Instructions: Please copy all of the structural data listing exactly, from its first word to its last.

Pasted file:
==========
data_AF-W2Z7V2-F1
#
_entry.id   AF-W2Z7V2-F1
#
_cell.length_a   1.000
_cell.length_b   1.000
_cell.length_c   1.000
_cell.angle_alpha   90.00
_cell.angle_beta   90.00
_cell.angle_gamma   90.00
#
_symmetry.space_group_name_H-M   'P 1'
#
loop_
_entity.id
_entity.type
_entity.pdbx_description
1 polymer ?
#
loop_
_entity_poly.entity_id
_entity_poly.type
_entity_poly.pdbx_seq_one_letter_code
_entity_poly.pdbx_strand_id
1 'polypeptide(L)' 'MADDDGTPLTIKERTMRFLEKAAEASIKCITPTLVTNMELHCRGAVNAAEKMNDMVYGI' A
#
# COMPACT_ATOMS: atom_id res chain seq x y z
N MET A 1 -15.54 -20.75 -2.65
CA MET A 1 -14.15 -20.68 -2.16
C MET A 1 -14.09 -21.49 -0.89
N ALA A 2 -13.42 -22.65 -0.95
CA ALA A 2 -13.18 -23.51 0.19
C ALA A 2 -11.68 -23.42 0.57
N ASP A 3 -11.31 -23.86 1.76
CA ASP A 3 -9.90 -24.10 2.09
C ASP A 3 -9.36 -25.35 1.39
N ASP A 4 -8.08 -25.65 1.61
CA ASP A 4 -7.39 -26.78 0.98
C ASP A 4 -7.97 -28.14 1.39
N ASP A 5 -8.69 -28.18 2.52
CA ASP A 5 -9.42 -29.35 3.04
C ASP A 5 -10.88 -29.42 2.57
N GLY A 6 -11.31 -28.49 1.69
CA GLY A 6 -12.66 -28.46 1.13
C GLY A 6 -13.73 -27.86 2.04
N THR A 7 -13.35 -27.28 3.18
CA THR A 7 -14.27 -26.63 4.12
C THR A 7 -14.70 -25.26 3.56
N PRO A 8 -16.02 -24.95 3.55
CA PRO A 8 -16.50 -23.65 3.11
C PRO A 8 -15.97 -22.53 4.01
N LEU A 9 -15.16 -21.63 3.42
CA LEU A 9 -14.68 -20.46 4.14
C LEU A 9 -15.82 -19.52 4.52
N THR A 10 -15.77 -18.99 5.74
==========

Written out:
data_AF-W2Z7V2-F1
#
_entry.id   AF-W2Z7V2-F1
#
_cell.length_a   1.000
_cell.length_b   1.000
_cell.length_c   1.000
_cell.angle_alpha   90.00
_cell.angle_beta   90.00
_cell.angle_gamma   90.00
#
_symmetry.space_group_name_H-M   'P 1'
#
loop_
_entity.id
_entity.type
_entity.pdbx_description
1 polymer ?
#
loop_
_entity_poly.entity_id
_entity_poly.type
_entity_poly.pdbx_seq_one_letter_code
_entity_poly.pdbx_strand_id
1 'polypeptide(L)' 'MADDDGTPLTIKERTMRFLEKAAEASIKCITPTLVTNMELHCRGAVNAAEKMNDMVYGI' A
#
# COMPACT_ATOMS: atom_id res chain seq x y z
N MET A 1 -15.54 -20.75 -2.65
CA MET A 1 -14.15 -20.68 -2.16
C MET A 1 -14.09 -21.49 -0.89
N ALA A 2 -13.42 -22.65 -0.95
CA ALA A 2 -13.18 -23.51 0.19
C ALA A 2 -11.68 -23.42 0.57
N ASP A 3 -11.31 -23.86 1.76
CA ASP A 3 -9.90 -24.10 2.09
C ASP A 3 -9.36 -25.35 1.39
N ASP A 4 -8.08 -25.65 1.61
CA ASP A 4 -7.39 -26.78 0.98
C ASP A 4 -7.97 -28.14 1.39
N ASP A 5 -8.69 -28.18 2.52
CA ASP A 5 -9.42 -29.35 3.04
C ASP A 5 -10.88 -29.42 2.57
N GLY A 6 -11.31 -28.49 1.69
CA GLY A 6 -12.66 -28.46 1.13
C GLY A 6 -13.73 -27.86 2.04
N THR A 7 -13.35 -27.28 3.18
CA THR A 7 -14.27 -26.63 4.12
C THR A 7 -14.70 -25.26 3.56
N PRO A 8 -16.02 -24.95 3.55
CA PRO A 8 -16.50 -23.65 3.11
C PRO A 8 -15.97 -22.53 4.01
N LEU A 9 -15.16 -21.63 3.42
CA LEU A 9 -14.68 -20.46 4.14
C LEU A 9 -15.82 -19.52 4.52
N THR A 10 -15.77 -18.99 5.74